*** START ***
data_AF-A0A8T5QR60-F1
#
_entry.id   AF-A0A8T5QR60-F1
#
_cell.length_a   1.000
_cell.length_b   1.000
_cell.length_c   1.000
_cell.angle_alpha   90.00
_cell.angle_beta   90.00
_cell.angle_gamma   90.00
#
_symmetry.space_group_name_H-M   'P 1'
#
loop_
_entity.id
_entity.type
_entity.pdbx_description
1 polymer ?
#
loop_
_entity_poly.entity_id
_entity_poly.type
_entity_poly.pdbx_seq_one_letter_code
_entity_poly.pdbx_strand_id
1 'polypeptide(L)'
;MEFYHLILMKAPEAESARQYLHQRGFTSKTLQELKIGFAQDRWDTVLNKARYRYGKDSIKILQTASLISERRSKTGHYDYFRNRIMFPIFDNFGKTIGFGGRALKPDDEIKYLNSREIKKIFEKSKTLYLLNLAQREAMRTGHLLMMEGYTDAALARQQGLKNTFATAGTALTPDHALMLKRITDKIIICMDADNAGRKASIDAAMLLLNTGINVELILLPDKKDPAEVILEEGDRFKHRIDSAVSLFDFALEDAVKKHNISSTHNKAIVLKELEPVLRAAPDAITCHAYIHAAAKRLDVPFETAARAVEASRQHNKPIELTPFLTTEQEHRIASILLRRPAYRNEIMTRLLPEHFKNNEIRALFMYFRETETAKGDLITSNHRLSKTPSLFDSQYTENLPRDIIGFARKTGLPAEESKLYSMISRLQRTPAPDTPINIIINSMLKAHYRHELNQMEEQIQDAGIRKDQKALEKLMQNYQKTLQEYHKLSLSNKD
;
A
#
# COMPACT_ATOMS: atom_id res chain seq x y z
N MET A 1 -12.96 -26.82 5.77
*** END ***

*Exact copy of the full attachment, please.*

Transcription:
data_AF-A0A8T5QR60-F1
#
_entry.id   AF-A0A8T5QR60-F1
#
_cell.length_a   1.000
_cell.length_b   1.000
_cell.length_c   1.000
_cell.angle_alpha   90.00
_cell.angle_beta   90.00
_cell.angle_gamma   90.00
#
_symmetry.space_group_name_H-M   'P 1'
#
loop_
_entity.id
_entity.type
_entity.pdbx_description
1 polymer ?
#
loop_
_entity_poly.entity_id
_entity_poly.type
_entity_poly.pdbx_seq_one_letter_code
_entity_poly.pdbx_strand_id
1 'polypeptide(L)'
;MEFYHLILMKAPEAESARQYLHQRGFTSKTLQELKIGFAQDRWDTVLNKARYRYGKDSIKILQTASLISERRSKTGHYDYFRNRIMFPIFDNFGKTIGFGGRALKPDDEIKYLNSREIKKIFEKSKTLYLLNLAQREAMRTGHLLMMEGYTDAALARQQGLKNTFATAGTALTPDHALMLKRITDKIIICMDADNAGRKASIDAAMLLLNTGINVELILLPDKKDPAEVILEEGDRFKHRIDSAVSLFDFALEDAVKKHNISSTHNKAIVLKELEPVLRAAPDAITCHAYIHAAAKRLDVPFETAARAVEASRQHNKPIELTPFLTTEQEHRIASILLRRPAYRNEIMTRLLPEHFKNNEIRALFMYFRETETAKGDLITSNHRLSKTPSLFDSQYTENLPRDIIGFARKTGLPAEESKLYSMISRLQRTPAPDTPINIIINSMLKAHYRHELNQMEEQIQDAGIRKDQKALEKLMQNYQKTLQEYHKLSLSNKD
;
A
#
# COMPACT_ATOMS: atom_id res chain seq x y z
N MET A 1 -12.96 -26.82 5.77